Still not convinced? In Tekken 3, Yoshimitsu will seppuku your face using a lightsaber. A freaking lightsaber. And then get up afterward and do a win pose while chanting "Namu Namu Namu Namu". Suicide is serious business when it comes to Yoshimitsu.

#3 The Entire Freaking Cast from Mortal Kombat: Deception

In a bit of contrast to Yoshimitsu, we have this. The Mortal Kombat series, as Ed Boon himself has always admitted, generally preferred to up the ante in the fighting genre through copious amounts of gratuitous violence. Combat was its own satisfaction in Street Fighter, Fatal Fury, and others; in Mortal Kombat, it was, well, “Kombat”, a violent spectacle of “Fatalities” with some fighting mechanics taped on to it. Kano did not have the gameplay depth of Ken; Ken in antithesis could not rip some fool’s organs out of his chest like Kano. The appeal is evident when you consider the fate of the heavily-censored SNES Mortal Kombat port and what it had cost Nintendo in the 16-bit console wars, but for better or worse, Midway has mostly stuck with the formula: take what the others are doing, and glam it up with hardcore violence.

So, that being said, our seppuku-spamming friend, Yoshimitsu? Mortal Kombat would argue that he is in fact a candy ass. Real men and women off themselves through the most ridiculously brutal and painful ways possible, like Ermac headbutting the ground repeatedly until his skull shatters, four-armed Goro savaging himself with a sai in each hand, and most disturbing of all, Tanya ripping out her own thigh bones and using them to stab her eyes out. Yes, in Mortal Kombat: Deception, the entire cast of fighters can short circuit an opponent’s Fatality attempt by applying their own self-administered gruesome death. Oh for those halcyon days when Sub-Zero’s quaint spine-rippin’ would launch a thousand ESRB ratings.

Some would say this orgy of self-inflicted carnage should automatically qualify this entry for Numero Uno. But that would too rewarding for Mortal Kombat’s cheesy violence wankery, so.no.

#2 James Sunderland from Silent Hill 2

This one, unlike the others, is intended to be a tragedy. A despondent, haunted widower, his wife having perished from a terminal disease, is lost in the brutal, unforgiving mind fuckery that is the town of Silent Hill. He survives unspeakable horrors such as relentless executioners, hellish prisons, and worst of all, an angry fat guy armed with a big-ass pistol and raging slacker monologues worthy of Eric Bogosian. What he doesn’t survive is the recollection that he himself offed his own dying wife in a sudden fit of frustration, the realization of which results in his suicide-by-vehicular drowning, also known as the “In Water” ending, and one of the most powerful endings in videogame history.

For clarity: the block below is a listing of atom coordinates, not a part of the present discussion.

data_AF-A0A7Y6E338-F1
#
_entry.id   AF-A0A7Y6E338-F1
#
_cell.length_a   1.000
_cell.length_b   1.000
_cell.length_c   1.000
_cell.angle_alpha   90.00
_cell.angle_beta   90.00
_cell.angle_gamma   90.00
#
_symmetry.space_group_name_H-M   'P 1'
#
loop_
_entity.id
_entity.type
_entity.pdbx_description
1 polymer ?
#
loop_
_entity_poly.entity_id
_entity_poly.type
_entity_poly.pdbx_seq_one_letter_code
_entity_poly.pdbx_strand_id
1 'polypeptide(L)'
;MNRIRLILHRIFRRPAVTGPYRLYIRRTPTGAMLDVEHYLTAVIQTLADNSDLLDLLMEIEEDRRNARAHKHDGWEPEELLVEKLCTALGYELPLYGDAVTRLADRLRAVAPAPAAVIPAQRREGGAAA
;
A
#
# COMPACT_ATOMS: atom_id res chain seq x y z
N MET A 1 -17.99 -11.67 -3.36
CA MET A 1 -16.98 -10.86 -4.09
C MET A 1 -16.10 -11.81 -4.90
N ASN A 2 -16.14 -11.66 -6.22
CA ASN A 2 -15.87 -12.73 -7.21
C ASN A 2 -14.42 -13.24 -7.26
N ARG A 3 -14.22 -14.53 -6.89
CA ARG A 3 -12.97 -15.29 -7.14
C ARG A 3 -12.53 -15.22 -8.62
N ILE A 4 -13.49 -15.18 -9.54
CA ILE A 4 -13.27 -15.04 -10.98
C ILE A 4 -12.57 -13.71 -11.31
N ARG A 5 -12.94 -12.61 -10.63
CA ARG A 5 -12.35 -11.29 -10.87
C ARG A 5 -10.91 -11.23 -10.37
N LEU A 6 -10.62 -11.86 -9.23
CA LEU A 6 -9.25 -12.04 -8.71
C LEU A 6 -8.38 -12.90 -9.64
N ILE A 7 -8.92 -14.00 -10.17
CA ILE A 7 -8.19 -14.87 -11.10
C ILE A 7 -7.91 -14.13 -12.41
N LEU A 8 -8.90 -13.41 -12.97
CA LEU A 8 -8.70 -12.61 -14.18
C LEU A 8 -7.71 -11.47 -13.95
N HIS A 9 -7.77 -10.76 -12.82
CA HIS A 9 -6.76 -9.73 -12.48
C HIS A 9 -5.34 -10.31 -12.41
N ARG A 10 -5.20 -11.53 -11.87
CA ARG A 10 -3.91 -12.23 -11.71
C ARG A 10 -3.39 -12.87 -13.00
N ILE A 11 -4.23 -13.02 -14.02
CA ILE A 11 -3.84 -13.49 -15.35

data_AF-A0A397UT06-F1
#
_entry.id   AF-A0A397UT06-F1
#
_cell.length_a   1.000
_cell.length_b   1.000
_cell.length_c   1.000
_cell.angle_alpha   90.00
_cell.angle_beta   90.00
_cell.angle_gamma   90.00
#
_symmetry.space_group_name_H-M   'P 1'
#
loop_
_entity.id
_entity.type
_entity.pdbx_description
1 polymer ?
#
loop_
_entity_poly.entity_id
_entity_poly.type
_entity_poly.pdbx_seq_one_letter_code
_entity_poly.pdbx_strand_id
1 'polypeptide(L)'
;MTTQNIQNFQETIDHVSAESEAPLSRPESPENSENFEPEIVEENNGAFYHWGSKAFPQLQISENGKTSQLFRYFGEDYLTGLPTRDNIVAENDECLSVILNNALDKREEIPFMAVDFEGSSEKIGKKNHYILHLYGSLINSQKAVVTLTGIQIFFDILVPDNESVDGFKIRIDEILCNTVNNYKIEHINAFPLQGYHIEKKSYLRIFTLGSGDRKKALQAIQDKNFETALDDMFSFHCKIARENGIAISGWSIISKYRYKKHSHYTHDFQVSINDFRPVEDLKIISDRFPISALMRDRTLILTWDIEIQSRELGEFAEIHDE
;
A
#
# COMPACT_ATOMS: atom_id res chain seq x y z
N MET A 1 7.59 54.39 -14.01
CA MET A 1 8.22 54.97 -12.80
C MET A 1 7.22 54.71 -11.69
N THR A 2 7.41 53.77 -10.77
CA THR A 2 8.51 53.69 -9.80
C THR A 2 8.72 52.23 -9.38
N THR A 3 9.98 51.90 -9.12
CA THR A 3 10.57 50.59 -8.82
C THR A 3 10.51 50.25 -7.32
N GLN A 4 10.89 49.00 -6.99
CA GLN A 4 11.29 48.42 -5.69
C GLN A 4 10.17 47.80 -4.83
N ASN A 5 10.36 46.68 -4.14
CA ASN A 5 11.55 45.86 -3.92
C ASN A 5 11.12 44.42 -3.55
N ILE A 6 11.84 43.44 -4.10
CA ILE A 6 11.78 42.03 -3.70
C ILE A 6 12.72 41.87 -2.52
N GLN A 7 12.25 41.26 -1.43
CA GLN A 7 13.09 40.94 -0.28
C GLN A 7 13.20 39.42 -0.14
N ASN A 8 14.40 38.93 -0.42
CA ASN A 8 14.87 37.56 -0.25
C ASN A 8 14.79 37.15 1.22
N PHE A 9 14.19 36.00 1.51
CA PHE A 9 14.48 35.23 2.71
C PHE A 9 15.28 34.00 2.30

What's even more unique about this videogame character suicide is that it's actually the result of cause-and-effect and not just a symptom of the story arc. As long as you avoid giving James any bad ideas (reading books with suicidal prose, examining knives clutched by other, equally suicidal victims of Silent Hill), you have a chance of giving him a different fate. Still, "In Water" is generally regarded as the official ending of Silent Hill 2, even hinted as such by James' own pappy during Silent Hill 4: The Room. It's also the ending you'll most likely get inadvertently when playing the first time; for a lot of Silent Hill 2 players, James ended up doomed the first time through. Personally, I always liked the "Leave" ending, in where James peacefully leaves town after one last heart-to-heart with his wife. After all the torment this guy goes through, it's the happy ending that in fact is truly unexpected here.

Speaking of suicide-by-drowning, James has competition, and it's from none other than this fellow.

#1 Pac-Man from Pac-Man 2: The New Adventures

Let’s put this in perspective. We’re talking about a videogame character who is not only one of the most famous stars in all videogame history, but is arguably their entire forbearer. A corporate mascot-level character whose greatest title has by his 25th birthday alone generated $100 million in revenue and has been played more than ten billion times. Whom, at the height of his popularity, had then-unprecedented merchandise saturation, a song in the Billboard Top Ten, and most infamously, spurred a coin shortage in Japan. And who continues to inspire a cult following, from life-sized models of a theoretical Pac-Man skull to city-scale reenactments in New York City. So it maybe a surprise to know that his handlers didn’t see anything wrong with their corporate mascot pulling a Sunderland himself in one of his own games.